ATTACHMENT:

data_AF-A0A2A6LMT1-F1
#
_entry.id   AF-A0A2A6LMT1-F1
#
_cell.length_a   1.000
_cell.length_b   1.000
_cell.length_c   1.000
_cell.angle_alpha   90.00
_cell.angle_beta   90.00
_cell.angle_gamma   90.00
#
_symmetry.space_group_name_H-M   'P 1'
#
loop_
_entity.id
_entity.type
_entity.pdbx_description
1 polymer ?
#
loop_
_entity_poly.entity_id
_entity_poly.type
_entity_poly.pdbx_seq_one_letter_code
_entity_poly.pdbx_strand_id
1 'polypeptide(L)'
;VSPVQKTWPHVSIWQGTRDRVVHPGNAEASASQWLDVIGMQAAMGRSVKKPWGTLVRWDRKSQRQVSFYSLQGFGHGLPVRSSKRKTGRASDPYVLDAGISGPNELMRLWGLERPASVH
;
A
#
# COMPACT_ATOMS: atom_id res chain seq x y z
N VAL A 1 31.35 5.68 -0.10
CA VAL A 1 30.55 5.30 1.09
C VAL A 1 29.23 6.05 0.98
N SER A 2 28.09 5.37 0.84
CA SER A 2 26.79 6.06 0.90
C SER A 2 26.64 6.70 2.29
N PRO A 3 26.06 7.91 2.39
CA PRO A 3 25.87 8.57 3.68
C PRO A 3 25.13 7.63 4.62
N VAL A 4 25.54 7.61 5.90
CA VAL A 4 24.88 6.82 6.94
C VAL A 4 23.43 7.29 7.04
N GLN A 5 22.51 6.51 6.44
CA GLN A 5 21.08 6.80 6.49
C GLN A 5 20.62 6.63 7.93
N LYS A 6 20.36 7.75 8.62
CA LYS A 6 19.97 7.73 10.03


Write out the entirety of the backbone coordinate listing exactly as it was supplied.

data_AF-A0A2A6LMT1-F1
#
_entry.id   AF-A0A2A6LMT1-F1
#
_cell.length_a   1.000
_cell.length_b   1.000
_cell.length_c   1.000
_cell.angle_alpha   90.00
_cell.angle_beta   90.00
_cell.angle_gamma   90.00
#
_symmetry.space_group_name_H-M   'P 1'
#
loop_
_entity.id
_entity.type
_entity.pdbx_description
1 polymer ?
#
loop_
_entity_poly.entity_id
_entity_poly.type
_entity_poly.pdbx_seq_one_letter_code
_entity_poly.pdbx_strand_id
1 'polypeptide(L)'
;VSPVQKTWPHVSIWQGTRDRVVHPGNAEASASQWLDVIGMQAAMGRSVKKPWGTLVRWDRKSQRQVSFYSLQGFGHGLPVRSSKRKTGRASDPYVLDAGISGPNELMRLWGLERPASVH
;
A
#
# COMPACT_ATOMS: atom_id res chain seq x y z
N VAL A 1 31.35 5.68 -0.10
CA VAL A 1 30.55 5.30 1.09
C VAL A 1 29.23 6.05 0.98
N SER A 2 28.09 5.37 0.84
CA SER A 2 26.79 6.06 0.90
C SER A 2 26.64 6.70 2.29
N PRO A 3 26.06 7.91 2.39
CA PRO A 3 25.87 8.57 3.68
C PRO A 3 25.13 7.63 4.62
N VAL A 4 25.54 7.61 5.90
CA VAL A 4 24.88 6.82 6.94
C VAL A 4 23.43 7.29 7.04
N GLN A 5 22.51 6.51 6.44
CA GLN A 5 21.08 6.80 6.49
C GLN A 5 20.62 6.63 7.93
N LYS A 6 20.36 7.75 8.62
CA LYS A 6 19.97 7.73 10.03